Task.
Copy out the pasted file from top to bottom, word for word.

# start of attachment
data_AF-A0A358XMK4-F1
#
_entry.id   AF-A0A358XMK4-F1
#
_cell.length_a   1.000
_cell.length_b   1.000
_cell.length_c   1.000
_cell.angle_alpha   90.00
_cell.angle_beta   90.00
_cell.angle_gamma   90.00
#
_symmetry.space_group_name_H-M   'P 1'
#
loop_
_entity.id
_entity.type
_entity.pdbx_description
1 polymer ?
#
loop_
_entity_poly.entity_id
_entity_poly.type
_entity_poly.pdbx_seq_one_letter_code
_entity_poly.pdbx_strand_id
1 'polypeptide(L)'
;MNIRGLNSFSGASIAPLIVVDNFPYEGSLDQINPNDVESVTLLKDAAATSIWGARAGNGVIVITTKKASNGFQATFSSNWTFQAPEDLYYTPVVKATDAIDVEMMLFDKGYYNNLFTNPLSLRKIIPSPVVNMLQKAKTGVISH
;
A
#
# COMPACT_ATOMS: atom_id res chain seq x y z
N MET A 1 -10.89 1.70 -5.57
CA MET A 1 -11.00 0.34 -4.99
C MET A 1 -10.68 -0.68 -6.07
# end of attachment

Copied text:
data_AF-A0A358XMK4-F1
#
_entry.id   AF-A0A358XMK4-F1
#
_cell.length_a   1.000
_cell.length_b   1.000
_cell.length_c   1.000
_cell.angle_alpha   90.00
_cell.angle_beta   90.00
_cell.angle_gamma   90.00
#
_symmetry.space_group_name_H-M   'P 1'
#
loop_
_entity.id
_entity.type
_entity.pdbx_description
1 polymer ?
#
loop_
_entity_poly.entity_id
_entity_poly.type
_entity_poly.pdbx_seq_one_letter_code
_entity_poly.pdbx_strand_id
1 'polypeptide(L)'
;MNIRGLNSFSGASIAPLIVVDNFPYEGSLDQINPNDVESVTLLKDAAATSIWGARAGNGVIVITTKKASNGFQATFSSNWTFQAPEDLYYTPVVKATDAIDVEMMLFDKGYYNNLFTNPLSLRKIIPSPVVNMLQKAKTGVISH
;
A
#
# COMPACT_ATOMS: atom_id res chain seq x y z
N MET A 1 -10.89 1.70 -5.57
CA MET A 1 -11.00 0.34 -4.99
C MET A 1 -10.68 -0.68 -6.07